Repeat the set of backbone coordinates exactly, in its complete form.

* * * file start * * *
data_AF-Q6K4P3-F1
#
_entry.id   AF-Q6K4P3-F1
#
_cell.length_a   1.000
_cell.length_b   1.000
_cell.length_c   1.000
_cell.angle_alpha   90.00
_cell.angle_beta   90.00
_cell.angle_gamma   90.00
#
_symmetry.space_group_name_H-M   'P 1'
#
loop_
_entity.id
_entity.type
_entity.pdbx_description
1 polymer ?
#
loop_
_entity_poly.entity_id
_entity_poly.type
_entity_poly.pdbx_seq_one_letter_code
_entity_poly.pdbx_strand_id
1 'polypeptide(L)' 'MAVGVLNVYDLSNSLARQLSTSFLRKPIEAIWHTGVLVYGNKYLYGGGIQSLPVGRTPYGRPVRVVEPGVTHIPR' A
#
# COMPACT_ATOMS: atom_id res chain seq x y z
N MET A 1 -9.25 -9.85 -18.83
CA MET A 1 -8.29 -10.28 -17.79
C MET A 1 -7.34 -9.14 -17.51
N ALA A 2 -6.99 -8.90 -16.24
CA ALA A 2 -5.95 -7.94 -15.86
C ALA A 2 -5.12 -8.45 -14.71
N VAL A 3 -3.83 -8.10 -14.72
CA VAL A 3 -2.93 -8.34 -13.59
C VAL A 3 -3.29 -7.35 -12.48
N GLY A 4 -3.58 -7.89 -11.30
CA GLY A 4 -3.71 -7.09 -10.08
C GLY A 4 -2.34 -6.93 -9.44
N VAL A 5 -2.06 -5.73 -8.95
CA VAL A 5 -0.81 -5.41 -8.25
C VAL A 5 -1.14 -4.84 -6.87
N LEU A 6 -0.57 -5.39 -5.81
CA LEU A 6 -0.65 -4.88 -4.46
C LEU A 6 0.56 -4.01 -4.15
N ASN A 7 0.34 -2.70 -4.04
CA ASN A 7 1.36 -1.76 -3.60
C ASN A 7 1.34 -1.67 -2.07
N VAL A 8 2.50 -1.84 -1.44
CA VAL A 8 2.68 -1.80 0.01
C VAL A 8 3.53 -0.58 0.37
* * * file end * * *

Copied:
data_AF-Q6K4P3-F1
#
_entry.id   AF-Q6K4P3-F1
#
_cell.length_a   1.000
_cell.length_b   1.000
_cell.length_c   1.000
_cell.angle_alpha   90.00
_cell.angle_beta   90.00
_cell.angle_gamma   90.00
#
_symmetry.space_group_name_H-M   'P 1'
#
loop_
_entity.id
_entity.type
_entity.pdbx_description
1 polymer ?
#
loop_
_entity_poly.entity_id
_entity_poly.type
_entity_poly.pdbx_seq_one_letter_code
_entity_poly.pdbx_strand_id
1 'polypeptide(L)' 'MAVGVLNVYDLSNSLARQLSTSFLRKPIEAIWHTGVLVYGNKYLYGGGIQSLPVGRTPYGRPVRVVEPGVTHIPR' A
#
# COMPACT_ATOMS: atom_id res chain seq x y z
N MET A 1 -9.25 -9.85 -18.83
CA MET A 1 -8.29 -10.28 -17.79
C MET A 1 -7.34 -9.14 -17.51
N ALA A 2 -6.99 -8.90 -16.24
CA ALA A 2 -5.95 -7.94 -15.86
C ALA A 2 -5.12 -8.45 -14.71
N VAL A 3 -3.83 -8.10 -14.72
CA VAL A 3 -2.93 -8.34 -13.59
C VAL A 3 -3.29 -7.35 -12.48
N GLY A 4 -3.58 -7.89 -11.30
CA GLY A 4 -3.71 -7.09 -10.08
C GLY A 4 -2.34 -6.93 -9.44
N VAL A 5 -2.06 -5.73 -8.95
CA VAL A 5 -0.81 -5.41 -8.25
C VAL A 5 -1.14 -4.84 -6.87
N LEU A 6 -0.57 -5.39 -5.81
CA LEU A 6 -0.65 -4.88 -4.46
C LEU A 6 0.56 -4.01 -4.15
N ASN A 7 0.34 -2.70 -4.04
CA ASN A 7 1.36 -1.76 -3.60
C ASN A 7 1.34 -1.67 -2.07
N VAL A 8 2.50 -1.84 -1.44
CA VAL A 8 2.68 -1.80 0.01
C VAL A 8 3.53 -0.58 0.37